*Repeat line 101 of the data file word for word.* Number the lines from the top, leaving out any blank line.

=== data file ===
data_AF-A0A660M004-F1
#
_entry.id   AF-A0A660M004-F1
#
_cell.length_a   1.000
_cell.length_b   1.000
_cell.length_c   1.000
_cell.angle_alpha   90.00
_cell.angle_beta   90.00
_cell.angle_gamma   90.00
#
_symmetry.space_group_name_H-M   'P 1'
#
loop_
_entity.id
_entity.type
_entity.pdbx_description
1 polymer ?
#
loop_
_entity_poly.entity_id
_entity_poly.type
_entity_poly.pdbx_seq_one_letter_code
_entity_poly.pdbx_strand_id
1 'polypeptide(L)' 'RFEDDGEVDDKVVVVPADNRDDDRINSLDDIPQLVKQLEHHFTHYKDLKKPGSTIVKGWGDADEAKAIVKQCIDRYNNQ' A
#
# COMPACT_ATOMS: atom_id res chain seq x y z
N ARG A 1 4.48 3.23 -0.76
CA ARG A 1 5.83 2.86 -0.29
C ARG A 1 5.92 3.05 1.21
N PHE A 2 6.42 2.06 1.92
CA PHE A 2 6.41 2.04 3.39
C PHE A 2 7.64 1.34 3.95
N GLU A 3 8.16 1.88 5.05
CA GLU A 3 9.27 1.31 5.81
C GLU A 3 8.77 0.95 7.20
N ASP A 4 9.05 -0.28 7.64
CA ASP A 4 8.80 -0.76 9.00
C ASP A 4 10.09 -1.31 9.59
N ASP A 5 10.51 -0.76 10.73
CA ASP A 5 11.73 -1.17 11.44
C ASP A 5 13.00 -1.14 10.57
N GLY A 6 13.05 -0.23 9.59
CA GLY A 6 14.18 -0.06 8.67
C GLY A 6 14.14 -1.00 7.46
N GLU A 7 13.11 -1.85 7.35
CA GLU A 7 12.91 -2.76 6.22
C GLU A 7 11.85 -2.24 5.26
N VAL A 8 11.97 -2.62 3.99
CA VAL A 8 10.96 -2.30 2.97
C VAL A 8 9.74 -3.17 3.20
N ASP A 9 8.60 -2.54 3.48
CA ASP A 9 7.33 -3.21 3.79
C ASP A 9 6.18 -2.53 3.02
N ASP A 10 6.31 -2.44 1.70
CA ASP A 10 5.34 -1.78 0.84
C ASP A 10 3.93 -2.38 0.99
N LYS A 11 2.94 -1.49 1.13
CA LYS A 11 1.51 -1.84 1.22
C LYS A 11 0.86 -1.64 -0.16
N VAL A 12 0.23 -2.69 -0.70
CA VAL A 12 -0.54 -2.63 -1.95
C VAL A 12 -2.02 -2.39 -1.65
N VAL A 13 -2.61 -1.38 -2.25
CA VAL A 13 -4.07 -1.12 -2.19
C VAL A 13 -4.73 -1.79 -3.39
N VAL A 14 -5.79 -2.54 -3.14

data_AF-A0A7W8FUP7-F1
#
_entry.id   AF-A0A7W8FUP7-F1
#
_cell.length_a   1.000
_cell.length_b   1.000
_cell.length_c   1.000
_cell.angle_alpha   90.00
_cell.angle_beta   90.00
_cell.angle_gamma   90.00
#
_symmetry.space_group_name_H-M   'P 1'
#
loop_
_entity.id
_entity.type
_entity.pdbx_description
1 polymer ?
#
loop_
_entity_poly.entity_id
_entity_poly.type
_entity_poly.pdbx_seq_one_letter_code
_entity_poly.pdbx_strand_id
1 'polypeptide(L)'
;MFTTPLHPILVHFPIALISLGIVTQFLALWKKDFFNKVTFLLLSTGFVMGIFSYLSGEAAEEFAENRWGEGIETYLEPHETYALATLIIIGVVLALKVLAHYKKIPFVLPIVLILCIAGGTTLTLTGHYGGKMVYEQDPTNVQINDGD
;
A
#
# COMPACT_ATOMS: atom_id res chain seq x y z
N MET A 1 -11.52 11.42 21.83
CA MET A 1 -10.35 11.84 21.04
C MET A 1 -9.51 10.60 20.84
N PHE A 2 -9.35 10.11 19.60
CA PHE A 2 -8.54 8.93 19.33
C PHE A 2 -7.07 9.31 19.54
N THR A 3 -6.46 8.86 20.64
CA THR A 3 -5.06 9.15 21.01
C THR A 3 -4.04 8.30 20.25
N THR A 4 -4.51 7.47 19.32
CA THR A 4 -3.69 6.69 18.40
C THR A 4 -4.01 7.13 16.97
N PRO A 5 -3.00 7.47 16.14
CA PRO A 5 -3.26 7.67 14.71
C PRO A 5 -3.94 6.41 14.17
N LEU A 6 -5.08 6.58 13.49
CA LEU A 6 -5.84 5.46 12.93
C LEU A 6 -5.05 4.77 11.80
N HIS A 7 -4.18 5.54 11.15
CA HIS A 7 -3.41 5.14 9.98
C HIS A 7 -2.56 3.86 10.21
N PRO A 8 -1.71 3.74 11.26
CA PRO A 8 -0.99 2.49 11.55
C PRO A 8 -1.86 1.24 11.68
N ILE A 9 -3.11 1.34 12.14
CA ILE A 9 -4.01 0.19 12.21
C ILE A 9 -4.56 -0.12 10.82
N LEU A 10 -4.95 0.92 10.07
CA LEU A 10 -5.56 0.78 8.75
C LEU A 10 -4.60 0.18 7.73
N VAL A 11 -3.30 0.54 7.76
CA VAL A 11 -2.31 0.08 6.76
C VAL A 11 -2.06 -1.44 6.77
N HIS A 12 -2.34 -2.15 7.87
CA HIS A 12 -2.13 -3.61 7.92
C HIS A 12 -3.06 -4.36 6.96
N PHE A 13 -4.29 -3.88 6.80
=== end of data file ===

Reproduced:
N PHE A 2 -9.35 10.11 19.60